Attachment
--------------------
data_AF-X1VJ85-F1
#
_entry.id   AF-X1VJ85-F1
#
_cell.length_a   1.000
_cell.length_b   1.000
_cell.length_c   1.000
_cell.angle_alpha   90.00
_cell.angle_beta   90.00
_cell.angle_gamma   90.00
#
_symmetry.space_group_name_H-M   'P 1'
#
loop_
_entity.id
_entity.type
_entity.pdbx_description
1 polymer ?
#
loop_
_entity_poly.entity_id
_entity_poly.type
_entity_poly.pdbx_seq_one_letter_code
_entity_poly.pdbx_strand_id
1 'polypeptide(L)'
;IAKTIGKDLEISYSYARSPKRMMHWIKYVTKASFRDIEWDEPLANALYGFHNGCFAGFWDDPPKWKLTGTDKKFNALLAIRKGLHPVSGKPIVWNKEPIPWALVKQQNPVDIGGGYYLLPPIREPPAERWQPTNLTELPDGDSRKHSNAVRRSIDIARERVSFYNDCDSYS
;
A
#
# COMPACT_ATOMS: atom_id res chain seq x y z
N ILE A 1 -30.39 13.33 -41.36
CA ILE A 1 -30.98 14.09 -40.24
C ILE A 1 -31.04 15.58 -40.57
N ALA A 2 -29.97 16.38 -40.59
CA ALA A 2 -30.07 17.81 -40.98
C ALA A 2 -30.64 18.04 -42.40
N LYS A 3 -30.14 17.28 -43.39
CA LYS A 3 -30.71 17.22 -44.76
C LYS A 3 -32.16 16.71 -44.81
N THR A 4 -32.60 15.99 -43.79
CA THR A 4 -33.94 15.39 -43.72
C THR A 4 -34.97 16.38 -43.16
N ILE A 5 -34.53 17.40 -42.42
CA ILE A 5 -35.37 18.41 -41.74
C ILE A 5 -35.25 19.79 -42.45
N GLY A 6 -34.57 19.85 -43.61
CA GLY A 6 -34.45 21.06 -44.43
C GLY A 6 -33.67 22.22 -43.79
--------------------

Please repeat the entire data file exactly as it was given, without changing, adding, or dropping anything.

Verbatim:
data_AF-X1VJ85-F1
#
_entry.id   AF-X1VJ85-F1
#
_cell.length_a   1.000
_cell.length_b   1.000
_cell.length_c   1.000
_cell.angle_alpha   90.00
_cell.angle_beta   90.00
_cell.angle_gamma   90.00
#
_symmetry.space_group_name_H-M   'P 1'
#
loop_
_entity.id
_entity.type
_entity.pdbx_description
1 polymer ?
#
loop_
_entity_poly.entity_id
_entity_poly.type
_entity_poly.pdbx_seq_one_letter_code
_entity_poly.pdbx_strand_id
1 'polypeptide(L)'
;IAKTIGKDLEISYSYARSPKRMMHWIKYVTKASFRDIEWDEPLANALYGFHNGCFAGFWDDPPKWKLTGTDKKFNALLAIRKGLHPVSGKPIVWNKEPIPWALVKQQNPVDIGGGYYLLPPIREPPAERWQPTNLTELPDGDSRKHSNAVRRSIDIARERVSFYNDCDSYS
;
A
#
# COMPACT_ATOMS: atom_id res chain seq x y z
N ILE A 1 -30.39 13.33 -41.36
CA ILE A 1 -30.98 14.09 -40.24
C ILE A 1 -31.04 15.58 -40.57
N ALA A 2 -29.97 16.38 -40.59
CA ALA A 2 -30.07 17.81 -40.98
C ALA A 2 -30.64 18.04 -42.40
N LYS A 3 -30.14 17.28 -43.39
CA LYS A 3 -30.71 17.22 -44.76
C LYS A 3 -32.16 16.71 -44.81
N THR A 4 -32.60 15.99 -43.79
CA THR A 4 -33.94 15.39 -43.72
C THR A 4 -34.97 16.38 -43.16
N ILE A 5 -34.53 17.40 -42.42
CA ILE A 5 -35.37 18.41 -41.74
C ILE A 5 -35.25 19.79 -42.45
N GLY A 6 -34.57 19.85 -43.61
CA GLY A 6 -34.45 21.06 -44.43
C GLY A 6 -33.67 22.22 -43.79